Homefront UB Church Ransacked by Thieves–But Good Prevails

On the evening of May 16, thieves drove what was probably a truck across the grass in back of HomeFront UB church, broke the window of the pastor’s office, backed the truck up to the church, and helped themselves to anything of value. They apparently spent quite a bit of time in the building. They kicked in doors and ransacked at will, leaving with TVs, computers, printers, guitars, projectors, and other items.

This happened between 9:30 Wednesday night, May 16, and 8:30 the next morning. The break-in was discovered Thursday morning by Josh Good (right), who had been senior pastor of HomeFront for just two weeks.

They also took items donated by local businesses for a silent auction to be held two days later, a Habitat for Humanity benefit for a single mom and her four kids. Missing was Zales jewelry, a digital camera, about $185 in cash, and other items from the auction table. They’d been preparing for this for several weeks, and the loss–up to $2000–was heartbreaking. The stolen church property was valued at around $6000, but is covered by insurance.

Two other churches in the area had been burglarized recently, but no connection has been made. Police don’t yet know the identify of the thieves. Pastor Good says seven acres of land lie behind the church building, and, “It gets really dark back there.” The thieves entered through the office window, but probably carried items out a door. One neighbor said he saw a truck at the end of the building for a few hours that night.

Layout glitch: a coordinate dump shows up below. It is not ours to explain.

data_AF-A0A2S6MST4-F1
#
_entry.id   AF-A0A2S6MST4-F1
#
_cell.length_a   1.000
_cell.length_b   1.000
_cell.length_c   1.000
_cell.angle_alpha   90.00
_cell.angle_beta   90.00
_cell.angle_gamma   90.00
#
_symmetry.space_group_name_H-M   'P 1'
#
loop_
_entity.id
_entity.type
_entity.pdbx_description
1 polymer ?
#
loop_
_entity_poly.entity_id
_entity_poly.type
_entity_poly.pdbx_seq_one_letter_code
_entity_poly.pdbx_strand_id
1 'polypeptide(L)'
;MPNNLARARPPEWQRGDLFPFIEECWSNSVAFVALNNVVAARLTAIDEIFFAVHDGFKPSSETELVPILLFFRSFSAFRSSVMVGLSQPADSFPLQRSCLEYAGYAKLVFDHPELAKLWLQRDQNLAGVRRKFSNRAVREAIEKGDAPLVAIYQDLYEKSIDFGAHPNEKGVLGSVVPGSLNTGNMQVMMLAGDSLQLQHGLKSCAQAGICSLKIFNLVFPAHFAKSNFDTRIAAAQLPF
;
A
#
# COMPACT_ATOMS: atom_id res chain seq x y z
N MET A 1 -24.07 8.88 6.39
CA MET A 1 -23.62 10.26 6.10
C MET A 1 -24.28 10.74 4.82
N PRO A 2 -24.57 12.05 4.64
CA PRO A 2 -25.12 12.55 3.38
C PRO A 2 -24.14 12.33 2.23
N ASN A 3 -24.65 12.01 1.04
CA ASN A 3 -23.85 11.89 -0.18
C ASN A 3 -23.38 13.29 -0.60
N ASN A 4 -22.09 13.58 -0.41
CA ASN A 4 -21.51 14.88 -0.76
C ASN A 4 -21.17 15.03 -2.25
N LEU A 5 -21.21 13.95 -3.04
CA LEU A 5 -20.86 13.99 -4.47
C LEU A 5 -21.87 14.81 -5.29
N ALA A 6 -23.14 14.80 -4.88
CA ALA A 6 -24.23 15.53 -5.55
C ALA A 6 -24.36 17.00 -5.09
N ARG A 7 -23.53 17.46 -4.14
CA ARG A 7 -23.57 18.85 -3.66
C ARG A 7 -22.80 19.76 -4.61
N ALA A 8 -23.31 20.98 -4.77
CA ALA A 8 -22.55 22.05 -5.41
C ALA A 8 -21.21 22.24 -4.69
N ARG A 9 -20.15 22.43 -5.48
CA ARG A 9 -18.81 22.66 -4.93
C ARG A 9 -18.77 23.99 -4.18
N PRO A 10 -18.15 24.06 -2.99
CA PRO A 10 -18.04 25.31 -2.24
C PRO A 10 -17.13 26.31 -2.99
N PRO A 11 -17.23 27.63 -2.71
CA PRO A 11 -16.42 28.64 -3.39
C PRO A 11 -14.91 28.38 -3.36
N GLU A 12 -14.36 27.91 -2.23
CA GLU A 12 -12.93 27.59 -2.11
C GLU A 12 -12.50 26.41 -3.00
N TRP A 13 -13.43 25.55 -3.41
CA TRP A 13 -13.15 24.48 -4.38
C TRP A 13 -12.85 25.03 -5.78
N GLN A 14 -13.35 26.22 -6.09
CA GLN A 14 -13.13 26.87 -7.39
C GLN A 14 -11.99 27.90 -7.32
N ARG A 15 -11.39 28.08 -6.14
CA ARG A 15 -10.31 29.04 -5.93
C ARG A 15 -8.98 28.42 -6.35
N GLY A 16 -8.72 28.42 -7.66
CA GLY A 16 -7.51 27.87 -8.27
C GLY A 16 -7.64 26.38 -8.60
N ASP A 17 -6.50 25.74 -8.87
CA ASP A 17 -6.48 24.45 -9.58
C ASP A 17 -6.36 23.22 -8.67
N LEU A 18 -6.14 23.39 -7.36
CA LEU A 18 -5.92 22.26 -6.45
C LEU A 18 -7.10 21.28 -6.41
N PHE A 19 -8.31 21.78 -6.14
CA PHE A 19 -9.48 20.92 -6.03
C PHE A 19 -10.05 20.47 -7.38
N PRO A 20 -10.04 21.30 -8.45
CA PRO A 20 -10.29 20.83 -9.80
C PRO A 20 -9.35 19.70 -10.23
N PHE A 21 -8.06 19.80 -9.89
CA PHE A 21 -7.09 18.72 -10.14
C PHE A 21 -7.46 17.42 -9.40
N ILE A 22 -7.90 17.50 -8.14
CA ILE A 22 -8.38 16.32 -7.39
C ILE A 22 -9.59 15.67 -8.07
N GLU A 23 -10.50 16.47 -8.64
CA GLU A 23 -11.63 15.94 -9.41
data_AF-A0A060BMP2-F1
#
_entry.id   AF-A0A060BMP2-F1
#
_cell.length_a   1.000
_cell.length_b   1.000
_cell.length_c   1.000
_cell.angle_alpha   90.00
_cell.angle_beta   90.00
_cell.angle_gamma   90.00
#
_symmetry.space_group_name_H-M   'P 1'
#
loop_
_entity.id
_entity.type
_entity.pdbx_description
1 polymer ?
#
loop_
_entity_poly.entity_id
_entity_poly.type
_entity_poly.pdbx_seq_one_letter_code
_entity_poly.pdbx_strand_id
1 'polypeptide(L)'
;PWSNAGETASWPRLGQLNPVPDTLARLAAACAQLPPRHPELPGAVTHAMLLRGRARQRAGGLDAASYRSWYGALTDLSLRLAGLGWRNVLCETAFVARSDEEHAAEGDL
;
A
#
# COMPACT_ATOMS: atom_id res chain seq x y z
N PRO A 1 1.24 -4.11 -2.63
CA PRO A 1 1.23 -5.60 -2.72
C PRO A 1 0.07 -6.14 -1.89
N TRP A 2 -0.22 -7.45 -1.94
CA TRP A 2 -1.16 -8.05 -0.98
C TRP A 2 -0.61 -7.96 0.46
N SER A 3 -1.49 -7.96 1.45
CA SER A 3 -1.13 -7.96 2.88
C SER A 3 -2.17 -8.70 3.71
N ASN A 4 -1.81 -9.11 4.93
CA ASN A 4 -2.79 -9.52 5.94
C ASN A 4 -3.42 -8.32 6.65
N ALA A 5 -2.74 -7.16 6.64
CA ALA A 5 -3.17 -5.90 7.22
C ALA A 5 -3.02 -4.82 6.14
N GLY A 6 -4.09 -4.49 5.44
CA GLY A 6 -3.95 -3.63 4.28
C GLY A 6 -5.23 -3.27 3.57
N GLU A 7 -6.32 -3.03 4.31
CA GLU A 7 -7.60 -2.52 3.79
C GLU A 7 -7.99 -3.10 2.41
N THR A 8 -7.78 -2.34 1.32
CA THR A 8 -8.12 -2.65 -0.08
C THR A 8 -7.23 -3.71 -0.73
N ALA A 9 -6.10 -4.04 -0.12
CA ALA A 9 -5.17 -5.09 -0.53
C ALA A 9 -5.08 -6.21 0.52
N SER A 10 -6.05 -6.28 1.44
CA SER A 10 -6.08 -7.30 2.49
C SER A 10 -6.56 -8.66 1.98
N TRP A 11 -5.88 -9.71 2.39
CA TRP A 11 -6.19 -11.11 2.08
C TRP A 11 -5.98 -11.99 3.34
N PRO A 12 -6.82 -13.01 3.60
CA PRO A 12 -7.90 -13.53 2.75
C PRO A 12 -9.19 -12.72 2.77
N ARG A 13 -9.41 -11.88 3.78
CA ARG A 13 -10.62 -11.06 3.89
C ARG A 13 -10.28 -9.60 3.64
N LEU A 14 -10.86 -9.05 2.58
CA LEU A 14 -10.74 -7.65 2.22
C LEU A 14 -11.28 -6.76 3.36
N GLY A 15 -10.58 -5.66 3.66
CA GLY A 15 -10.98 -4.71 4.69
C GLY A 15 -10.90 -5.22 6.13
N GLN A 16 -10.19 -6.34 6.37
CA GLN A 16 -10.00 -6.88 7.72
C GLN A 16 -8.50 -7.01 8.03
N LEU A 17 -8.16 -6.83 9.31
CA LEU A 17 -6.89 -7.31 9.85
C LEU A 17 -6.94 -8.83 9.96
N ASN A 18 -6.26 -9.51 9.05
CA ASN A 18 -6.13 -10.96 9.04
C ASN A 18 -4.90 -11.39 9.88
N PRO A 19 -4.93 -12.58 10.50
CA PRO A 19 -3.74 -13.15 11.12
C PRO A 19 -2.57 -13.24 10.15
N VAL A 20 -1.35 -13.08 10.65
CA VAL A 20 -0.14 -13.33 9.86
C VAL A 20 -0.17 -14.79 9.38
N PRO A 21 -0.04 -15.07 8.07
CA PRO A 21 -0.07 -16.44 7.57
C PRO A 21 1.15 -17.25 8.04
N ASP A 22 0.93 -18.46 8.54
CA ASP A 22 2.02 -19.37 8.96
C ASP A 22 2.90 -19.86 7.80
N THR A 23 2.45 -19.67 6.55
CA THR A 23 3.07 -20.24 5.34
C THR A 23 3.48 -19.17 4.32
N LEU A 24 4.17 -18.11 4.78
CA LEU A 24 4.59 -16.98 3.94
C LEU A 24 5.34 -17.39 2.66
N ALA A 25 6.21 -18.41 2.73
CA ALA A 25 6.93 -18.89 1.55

Pastor Good, who had served on staff at nearby Banner of Christ UB church since 2003, didn’t lose anything from his office. He was still waiting for a desk to arrive, so all of his books and other belongings were still packed in boxes, and he had taken his laptop home for the evening. “Apparently the thieves aren’t theologians, because they didn’t steal any of my books.”

The Lakeshore Habitat for Humanity is building a home for Julie Malfroid, her three sons, and a daughter who is severely handicapped from a brain injury and requires constant care. They’ve been living in a bad-off trailer. Construction of their new home will begin in July.

So, how did the auction go?

“It worked out really well,” says Pastor Good. HomeFront had set a goal of $3500 for the Malfroid family. Thus far, they have raised over $9000.

The break-in drew a lot of media publicity, and people and businesses responded with donations. Ticket packages came from the Detroit Tigers and the Grand Rapids Griffins hockey team. The Tigers tickets went for about $90 apiece. Some local businesses mailed in cash donations. A local ice cream shop auctioned off free ice cream once a week until the end of August. A card shop that went out of business brought purses and other items. Two private artists donated wood pieces.

“It has all worked out very well,” says Josh Good. “Insurance will cover our stuff, and we’ll go without for a few weeks. The response for the auction from the community was awesome. People came up big. And for a fairly young church like HomeFront, for newer believers to see a situation that is pretty bad and to see how God can use it for good and flip it upside down–that was really good for our people. I’ve been able to say from the pulpit that God has ways of doing things that we can’t foresee.”

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